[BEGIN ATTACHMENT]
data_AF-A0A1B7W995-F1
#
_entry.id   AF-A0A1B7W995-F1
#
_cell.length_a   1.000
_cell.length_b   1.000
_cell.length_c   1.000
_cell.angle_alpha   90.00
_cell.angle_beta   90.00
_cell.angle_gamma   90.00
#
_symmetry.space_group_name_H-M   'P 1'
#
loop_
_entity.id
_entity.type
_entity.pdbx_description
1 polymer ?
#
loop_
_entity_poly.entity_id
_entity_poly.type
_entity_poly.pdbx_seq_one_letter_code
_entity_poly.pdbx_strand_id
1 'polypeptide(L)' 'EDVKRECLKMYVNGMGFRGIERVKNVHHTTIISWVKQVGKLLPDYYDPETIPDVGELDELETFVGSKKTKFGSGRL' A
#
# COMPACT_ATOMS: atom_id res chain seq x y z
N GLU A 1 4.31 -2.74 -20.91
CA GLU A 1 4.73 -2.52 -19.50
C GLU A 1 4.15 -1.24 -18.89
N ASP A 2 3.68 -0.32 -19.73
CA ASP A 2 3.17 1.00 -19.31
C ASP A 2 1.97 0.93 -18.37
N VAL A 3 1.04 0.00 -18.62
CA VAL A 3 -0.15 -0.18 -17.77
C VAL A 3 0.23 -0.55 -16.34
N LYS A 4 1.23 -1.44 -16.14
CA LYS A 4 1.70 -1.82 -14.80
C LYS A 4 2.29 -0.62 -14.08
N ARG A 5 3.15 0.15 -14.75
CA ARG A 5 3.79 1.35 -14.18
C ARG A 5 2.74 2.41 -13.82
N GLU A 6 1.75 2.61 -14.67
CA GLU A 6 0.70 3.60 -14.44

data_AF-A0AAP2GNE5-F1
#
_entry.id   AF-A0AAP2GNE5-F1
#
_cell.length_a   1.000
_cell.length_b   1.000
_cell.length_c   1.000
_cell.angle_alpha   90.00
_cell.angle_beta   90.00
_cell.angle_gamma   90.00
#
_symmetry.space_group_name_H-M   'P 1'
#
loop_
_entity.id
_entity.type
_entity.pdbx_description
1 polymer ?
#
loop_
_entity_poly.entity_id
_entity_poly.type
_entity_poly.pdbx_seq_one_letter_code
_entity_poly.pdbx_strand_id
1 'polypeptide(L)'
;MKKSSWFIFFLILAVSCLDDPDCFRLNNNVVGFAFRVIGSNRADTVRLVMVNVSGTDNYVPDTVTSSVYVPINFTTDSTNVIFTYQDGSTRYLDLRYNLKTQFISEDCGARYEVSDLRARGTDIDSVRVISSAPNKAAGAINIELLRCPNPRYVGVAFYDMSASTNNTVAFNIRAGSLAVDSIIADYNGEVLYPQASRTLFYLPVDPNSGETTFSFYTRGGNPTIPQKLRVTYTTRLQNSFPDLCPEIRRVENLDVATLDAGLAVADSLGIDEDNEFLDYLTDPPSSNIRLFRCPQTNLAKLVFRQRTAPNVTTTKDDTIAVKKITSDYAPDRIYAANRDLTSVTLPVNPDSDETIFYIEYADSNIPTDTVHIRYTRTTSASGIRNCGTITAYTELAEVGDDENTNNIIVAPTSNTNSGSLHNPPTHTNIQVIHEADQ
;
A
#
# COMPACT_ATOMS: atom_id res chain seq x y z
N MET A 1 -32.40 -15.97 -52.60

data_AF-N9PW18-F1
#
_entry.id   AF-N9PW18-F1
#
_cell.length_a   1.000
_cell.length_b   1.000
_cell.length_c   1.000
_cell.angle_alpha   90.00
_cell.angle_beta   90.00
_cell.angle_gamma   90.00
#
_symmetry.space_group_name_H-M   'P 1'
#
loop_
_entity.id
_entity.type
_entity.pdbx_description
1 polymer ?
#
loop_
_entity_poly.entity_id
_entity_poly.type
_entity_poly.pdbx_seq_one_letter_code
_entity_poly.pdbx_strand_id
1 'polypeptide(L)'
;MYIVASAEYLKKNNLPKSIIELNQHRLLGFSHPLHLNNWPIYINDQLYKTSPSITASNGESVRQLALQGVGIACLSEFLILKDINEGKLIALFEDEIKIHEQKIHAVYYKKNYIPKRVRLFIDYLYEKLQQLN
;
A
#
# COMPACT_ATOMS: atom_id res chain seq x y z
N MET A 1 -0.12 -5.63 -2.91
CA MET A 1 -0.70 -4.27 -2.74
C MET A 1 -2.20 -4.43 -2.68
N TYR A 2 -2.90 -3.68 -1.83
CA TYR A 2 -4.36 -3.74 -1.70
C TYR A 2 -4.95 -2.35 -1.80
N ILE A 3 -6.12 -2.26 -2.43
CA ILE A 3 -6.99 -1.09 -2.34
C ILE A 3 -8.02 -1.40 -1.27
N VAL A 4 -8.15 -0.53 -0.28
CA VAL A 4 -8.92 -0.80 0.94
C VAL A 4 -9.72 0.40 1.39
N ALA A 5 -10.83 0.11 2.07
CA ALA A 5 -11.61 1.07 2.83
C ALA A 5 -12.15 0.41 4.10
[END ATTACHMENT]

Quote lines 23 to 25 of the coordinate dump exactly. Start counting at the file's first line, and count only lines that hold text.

_entity_poly.pdbx_seq_one_letter_code
_entity_poly.pdbx_strand_id
1 'polypeptide(L)' 'EDVKRECLKMYVNGMGFRGIERVKNVHHTTIISWVKQVGKLLPDYYDPETIPDVGELDELETFVGSKKTKFGSGRL' A